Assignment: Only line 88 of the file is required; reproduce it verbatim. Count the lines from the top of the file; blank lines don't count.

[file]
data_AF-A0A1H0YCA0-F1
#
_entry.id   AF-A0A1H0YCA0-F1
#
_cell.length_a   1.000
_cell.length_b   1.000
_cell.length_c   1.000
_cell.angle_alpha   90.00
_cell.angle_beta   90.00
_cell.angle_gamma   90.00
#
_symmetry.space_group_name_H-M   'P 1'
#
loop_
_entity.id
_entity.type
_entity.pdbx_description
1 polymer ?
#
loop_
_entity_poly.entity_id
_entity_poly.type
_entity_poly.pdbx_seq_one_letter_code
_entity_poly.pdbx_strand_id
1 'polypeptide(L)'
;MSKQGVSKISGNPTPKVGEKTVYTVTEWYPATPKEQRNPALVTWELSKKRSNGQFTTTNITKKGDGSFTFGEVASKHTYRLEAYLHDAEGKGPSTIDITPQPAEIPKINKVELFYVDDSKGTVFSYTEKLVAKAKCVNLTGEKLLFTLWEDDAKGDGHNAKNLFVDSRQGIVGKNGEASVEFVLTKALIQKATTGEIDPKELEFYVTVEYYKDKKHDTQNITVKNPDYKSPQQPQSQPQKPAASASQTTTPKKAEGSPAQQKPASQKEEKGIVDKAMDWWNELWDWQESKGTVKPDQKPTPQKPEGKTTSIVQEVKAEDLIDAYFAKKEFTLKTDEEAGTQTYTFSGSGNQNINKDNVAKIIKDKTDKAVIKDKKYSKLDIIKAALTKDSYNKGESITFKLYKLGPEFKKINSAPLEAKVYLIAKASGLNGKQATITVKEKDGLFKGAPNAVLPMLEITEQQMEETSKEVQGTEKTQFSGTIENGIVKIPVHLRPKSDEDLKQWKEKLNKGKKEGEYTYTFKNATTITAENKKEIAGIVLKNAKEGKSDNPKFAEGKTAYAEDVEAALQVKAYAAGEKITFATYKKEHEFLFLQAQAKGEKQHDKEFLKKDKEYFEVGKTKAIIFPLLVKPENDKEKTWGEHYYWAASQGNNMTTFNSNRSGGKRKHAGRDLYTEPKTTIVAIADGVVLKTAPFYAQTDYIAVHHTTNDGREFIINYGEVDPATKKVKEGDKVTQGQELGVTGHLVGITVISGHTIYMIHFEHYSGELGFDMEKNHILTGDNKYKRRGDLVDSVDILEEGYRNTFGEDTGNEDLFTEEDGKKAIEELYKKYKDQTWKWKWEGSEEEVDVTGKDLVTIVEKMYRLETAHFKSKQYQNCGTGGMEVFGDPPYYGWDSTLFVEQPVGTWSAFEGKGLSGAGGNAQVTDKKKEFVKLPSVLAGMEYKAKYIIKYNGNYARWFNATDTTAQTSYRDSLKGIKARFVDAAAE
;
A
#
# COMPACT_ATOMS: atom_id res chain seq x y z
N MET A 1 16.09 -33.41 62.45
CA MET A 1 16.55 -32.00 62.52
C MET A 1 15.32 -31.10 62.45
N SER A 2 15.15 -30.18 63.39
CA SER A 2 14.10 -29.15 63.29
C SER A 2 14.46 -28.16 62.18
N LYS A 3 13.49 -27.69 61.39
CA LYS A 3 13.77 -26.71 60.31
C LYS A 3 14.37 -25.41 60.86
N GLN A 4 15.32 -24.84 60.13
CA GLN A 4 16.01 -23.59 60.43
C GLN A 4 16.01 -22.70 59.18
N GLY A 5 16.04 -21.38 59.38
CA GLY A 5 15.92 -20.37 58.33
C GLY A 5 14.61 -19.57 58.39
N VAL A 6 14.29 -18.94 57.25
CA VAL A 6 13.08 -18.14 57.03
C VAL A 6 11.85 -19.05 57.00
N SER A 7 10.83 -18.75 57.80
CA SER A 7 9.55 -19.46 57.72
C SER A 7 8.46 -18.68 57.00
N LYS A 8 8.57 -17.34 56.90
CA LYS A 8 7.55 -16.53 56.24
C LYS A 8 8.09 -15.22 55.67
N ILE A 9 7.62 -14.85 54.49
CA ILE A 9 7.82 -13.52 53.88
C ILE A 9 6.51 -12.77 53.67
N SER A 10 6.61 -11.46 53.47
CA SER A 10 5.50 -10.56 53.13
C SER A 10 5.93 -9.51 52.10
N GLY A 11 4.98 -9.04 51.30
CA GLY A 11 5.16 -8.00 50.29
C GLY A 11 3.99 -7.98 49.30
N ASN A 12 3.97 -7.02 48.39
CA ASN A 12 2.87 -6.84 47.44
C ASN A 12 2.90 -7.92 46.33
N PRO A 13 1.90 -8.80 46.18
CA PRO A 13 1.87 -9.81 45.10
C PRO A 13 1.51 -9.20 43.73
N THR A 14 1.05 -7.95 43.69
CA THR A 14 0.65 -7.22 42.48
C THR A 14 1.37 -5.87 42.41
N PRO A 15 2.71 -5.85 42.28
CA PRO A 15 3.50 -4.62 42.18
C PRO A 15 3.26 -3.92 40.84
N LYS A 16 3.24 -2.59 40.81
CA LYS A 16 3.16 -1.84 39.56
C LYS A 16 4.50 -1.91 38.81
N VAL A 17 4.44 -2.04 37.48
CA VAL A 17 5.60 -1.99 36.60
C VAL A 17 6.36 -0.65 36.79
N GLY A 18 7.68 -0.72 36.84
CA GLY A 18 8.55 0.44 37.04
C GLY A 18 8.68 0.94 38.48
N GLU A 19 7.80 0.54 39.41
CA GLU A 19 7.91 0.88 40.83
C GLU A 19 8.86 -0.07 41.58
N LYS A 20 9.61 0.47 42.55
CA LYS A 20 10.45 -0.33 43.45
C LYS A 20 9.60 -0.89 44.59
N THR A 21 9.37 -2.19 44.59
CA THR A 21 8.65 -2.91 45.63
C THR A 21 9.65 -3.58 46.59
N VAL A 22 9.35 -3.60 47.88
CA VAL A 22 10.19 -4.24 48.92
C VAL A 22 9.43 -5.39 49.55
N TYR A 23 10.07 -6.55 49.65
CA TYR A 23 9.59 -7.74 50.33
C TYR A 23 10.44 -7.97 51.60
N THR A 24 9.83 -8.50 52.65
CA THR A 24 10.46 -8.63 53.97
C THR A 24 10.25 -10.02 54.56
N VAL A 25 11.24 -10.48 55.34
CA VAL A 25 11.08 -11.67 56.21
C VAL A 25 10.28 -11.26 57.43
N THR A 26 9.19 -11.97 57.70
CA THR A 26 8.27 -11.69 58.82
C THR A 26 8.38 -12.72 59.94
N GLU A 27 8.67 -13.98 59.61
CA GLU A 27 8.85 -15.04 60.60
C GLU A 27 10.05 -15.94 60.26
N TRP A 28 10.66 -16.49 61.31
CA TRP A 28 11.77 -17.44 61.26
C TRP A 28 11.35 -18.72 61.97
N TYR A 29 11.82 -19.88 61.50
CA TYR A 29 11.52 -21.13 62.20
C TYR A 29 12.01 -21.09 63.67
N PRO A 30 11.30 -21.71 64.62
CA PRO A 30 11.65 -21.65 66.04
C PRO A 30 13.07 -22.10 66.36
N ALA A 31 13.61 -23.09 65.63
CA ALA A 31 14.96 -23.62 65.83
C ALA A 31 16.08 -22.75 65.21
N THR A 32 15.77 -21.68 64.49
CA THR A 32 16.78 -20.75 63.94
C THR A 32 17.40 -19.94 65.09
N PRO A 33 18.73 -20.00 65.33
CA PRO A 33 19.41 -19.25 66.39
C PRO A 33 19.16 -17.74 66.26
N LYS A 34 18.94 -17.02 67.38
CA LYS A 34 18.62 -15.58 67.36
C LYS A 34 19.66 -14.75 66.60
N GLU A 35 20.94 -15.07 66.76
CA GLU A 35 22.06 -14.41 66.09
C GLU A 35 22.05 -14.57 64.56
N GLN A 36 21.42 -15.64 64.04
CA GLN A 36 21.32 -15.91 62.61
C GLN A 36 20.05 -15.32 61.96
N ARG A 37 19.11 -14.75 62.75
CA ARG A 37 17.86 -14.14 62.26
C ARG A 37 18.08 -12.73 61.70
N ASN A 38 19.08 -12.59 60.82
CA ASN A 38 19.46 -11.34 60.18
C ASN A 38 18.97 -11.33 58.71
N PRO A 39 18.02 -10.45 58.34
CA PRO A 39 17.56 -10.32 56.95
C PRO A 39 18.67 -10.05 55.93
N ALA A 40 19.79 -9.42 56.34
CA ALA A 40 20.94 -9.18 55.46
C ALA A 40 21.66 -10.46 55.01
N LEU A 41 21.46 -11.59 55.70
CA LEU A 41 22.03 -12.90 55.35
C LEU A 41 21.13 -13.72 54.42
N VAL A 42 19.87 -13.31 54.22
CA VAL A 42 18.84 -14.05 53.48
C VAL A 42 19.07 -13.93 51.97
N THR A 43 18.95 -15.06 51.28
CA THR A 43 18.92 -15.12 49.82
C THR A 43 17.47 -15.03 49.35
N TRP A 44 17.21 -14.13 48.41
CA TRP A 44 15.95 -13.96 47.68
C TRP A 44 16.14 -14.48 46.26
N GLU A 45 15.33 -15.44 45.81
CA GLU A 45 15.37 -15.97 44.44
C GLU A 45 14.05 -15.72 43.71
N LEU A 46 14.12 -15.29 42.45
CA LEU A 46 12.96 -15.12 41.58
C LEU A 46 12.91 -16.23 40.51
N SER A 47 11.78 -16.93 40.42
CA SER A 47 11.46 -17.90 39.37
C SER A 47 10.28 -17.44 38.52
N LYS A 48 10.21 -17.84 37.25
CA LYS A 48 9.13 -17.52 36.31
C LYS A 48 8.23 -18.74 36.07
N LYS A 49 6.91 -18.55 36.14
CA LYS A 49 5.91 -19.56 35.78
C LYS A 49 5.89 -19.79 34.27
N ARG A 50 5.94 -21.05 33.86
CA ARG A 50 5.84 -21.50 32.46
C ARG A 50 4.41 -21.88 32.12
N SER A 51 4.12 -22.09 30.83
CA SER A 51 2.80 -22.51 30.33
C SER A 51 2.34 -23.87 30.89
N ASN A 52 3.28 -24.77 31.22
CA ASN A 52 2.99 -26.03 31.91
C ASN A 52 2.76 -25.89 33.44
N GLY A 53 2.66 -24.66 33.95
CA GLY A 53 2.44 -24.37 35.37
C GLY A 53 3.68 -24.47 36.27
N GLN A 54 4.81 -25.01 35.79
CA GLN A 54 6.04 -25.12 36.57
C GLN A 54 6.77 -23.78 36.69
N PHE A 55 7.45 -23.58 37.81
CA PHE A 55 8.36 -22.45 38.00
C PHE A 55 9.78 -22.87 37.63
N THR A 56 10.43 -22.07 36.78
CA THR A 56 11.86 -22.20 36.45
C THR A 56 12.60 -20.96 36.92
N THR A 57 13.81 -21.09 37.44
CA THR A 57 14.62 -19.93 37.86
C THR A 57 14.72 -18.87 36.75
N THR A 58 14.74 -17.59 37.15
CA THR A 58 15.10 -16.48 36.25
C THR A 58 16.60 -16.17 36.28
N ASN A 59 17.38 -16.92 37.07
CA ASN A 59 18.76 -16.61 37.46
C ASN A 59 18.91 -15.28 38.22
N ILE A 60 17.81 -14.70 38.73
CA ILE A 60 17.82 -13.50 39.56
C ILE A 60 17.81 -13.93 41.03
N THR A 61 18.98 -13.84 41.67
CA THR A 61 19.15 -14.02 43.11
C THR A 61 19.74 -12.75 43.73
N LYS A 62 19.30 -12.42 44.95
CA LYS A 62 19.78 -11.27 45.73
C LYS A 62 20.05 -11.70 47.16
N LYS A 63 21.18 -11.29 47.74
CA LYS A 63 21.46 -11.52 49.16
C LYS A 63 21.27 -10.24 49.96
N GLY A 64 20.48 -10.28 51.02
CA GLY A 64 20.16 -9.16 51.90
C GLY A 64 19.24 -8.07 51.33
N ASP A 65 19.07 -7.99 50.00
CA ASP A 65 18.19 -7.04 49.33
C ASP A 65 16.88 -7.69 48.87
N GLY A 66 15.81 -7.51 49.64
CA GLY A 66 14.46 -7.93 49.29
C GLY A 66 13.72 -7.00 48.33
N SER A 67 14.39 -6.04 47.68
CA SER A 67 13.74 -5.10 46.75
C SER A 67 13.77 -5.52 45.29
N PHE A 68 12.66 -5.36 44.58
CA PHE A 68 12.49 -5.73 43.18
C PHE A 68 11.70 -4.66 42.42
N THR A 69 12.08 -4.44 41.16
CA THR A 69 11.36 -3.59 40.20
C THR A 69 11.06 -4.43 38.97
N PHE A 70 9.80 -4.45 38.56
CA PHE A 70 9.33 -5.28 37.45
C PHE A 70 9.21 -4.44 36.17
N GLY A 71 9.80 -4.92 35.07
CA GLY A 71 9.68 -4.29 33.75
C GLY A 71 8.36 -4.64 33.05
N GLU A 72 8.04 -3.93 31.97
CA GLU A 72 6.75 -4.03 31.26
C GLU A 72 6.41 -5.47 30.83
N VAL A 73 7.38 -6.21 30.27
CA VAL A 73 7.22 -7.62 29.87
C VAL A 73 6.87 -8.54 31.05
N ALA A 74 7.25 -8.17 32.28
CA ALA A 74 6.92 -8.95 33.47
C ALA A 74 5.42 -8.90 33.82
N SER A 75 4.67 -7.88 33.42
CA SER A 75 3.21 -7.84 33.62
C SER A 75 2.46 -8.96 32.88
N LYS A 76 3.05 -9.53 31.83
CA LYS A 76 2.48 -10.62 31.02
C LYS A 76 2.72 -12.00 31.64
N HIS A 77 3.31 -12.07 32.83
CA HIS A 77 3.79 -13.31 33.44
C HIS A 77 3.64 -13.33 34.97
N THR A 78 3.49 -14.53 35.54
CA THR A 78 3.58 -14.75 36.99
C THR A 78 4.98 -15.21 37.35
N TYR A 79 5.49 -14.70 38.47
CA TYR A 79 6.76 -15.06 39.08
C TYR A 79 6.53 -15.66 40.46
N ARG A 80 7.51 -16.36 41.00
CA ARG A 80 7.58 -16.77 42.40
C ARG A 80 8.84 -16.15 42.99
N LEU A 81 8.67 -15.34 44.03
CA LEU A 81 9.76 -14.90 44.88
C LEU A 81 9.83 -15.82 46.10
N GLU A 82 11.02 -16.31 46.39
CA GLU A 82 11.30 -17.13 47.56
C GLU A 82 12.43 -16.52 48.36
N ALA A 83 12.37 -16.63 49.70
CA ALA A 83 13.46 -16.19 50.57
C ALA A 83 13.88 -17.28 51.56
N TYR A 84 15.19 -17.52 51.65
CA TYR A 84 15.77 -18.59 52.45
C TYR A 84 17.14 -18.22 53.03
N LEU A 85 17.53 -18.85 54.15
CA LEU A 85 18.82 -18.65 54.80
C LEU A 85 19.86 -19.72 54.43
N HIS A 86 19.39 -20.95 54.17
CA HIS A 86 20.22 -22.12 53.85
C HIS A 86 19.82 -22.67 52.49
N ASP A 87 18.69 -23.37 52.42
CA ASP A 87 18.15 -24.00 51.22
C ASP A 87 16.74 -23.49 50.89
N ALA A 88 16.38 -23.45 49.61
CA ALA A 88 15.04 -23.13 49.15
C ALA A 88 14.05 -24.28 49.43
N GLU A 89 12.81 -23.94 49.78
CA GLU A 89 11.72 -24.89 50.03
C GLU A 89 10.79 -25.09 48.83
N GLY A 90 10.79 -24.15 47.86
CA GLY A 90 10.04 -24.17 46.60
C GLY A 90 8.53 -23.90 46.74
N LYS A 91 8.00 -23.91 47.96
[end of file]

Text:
N LYS A 20 9.61 0.47 42.55